Cobble Street Cousins. Three cousins live with their aunt while their professional dancer-parents (all 6 of them!) are touring the world. Lily, Tess and Rosie have lots of wholesome neighborhood adventures like baking and selling cookies and putting on theatricals. For parents who want to avoid sassy characters, this is a good series; lauded author Cynthia Rylant has a talent for writing stories which are simultaneously modern and old-fashioned.
The Miniature World of Marvin and James. If I were to recommend a book about two beetles jumping into a pile of pencil shavings inside an electric pencil sharpener, you might look at me a little askew. Actually the book is about how the beetle, Marvin, spends his time while his best friend (and human), James, is at the beach. Elise Broach’s middle grade book Masterpiece, introduced the duo to the world, and this new early chapter book is a charmer. I also found the text extremely appropriate for early readers. There is a lot of good repetition of vocabulary without being annoying, an interesting and funny story to carry the reader along, as well as good emotional content to help kids connect the story to their own experience. The pencil sharpener incident is simply the most memorable part of the story and the one that my son wanted me to read to him again and again.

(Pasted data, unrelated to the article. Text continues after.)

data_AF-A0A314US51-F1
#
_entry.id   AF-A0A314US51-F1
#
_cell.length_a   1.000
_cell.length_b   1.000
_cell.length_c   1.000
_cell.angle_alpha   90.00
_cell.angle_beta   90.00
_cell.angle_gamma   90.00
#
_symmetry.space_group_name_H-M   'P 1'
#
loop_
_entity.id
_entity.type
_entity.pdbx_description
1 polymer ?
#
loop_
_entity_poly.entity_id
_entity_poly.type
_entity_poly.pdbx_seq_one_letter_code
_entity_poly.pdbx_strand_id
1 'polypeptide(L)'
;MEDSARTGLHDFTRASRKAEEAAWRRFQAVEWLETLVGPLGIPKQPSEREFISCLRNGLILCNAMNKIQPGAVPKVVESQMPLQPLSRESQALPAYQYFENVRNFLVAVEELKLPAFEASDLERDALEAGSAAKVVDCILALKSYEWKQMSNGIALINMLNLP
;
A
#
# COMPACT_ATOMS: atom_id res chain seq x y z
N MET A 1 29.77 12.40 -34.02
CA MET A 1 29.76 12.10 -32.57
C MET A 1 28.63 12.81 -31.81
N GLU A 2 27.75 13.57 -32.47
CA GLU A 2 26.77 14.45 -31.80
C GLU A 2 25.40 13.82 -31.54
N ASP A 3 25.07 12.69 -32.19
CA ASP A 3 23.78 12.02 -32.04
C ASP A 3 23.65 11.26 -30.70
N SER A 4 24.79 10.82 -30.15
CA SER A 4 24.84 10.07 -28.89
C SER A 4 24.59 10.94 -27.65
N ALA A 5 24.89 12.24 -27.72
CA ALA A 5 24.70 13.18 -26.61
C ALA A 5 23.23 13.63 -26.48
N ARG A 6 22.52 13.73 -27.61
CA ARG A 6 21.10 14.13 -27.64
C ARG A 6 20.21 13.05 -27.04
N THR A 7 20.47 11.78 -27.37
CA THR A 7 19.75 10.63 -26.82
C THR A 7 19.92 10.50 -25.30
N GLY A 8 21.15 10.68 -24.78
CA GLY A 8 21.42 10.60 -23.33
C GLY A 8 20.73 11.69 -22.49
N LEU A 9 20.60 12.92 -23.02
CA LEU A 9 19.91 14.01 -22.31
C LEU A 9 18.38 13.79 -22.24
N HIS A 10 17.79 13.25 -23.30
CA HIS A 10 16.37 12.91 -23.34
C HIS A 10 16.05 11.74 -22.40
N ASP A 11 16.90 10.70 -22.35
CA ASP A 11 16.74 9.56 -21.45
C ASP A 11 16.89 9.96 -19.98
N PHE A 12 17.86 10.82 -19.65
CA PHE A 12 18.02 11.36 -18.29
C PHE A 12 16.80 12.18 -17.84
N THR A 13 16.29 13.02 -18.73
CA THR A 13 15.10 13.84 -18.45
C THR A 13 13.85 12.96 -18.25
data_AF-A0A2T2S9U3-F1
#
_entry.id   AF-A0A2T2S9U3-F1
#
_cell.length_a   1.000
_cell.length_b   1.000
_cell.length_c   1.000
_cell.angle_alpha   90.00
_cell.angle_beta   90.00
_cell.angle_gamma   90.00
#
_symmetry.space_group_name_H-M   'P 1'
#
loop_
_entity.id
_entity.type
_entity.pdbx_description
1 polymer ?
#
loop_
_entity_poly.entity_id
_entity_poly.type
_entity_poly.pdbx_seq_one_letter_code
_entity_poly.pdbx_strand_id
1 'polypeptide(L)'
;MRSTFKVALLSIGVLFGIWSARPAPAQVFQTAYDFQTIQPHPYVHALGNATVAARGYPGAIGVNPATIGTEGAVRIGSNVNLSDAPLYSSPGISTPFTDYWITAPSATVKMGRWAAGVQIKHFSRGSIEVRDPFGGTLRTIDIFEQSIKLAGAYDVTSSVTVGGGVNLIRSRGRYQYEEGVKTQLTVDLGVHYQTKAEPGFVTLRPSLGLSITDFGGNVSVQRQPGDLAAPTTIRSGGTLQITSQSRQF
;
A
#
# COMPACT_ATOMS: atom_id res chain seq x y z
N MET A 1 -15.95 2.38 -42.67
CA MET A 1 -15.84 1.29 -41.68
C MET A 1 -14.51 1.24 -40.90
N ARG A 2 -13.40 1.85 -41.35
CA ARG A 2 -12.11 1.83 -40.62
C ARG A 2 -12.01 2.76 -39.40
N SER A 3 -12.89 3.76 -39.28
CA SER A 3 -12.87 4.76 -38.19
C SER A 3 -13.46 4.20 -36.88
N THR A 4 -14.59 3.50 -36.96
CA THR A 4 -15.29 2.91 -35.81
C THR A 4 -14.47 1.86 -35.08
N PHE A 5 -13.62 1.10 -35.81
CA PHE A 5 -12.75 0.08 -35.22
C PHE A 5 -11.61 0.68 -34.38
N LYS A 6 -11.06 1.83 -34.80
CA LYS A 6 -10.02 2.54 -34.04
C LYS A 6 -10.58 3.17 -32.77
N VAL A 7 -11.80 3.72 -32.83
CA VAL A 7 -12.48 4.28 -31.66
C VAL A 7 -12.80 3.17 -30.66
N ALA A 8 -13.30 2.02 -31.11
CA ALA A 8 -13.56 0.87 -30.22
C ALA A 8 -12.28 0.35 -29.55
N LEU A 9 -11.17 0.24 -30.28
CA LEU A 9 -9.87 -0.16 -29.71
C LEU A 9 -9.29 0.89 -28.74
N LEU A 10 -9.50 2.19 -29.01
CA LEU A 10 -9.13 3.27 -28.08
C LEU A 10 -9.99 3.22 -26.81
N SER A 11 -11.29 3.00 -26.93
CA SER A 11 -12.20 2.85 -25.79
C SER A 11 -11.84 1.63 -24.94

The Little Bear series is a classic and so sweet! It will be easy to read all the stories of a sweet little bear learning life’s lessons in one sitting, but you can also stretch them out. What I love about using easy readers as a first chapter book read aloud is that kids, when they are ready to read independently, will more readily pick up old favorites.
Socks. Socks narrates his own tale of life after a new baby enters his previously quiet home. It’s hard to go wrong with Beverly Cleary. Dog fans can pick up a copy of Ribsy. Many parents start with Ramona but even little kids will love listening to Sock’s adventures if they aren’t ready for something longer.
The Lighthouse Family (series). Rylant’s use of language in this charming series harkens back to back to classic children’s literature (think: Beatrix Potter and Kenneth Grahame) and when the stories end you are sure to feel all cozy and secure.
The Adventures of Sophie the Mouse (series) by Poppy Green, illustrated by Jennifer A. Bell. A very sweet and wholesome early chapter book series about a friendly mouse who lives and goes to school in Silverlake Forest.
More book lists with great chapter books for preschoolers: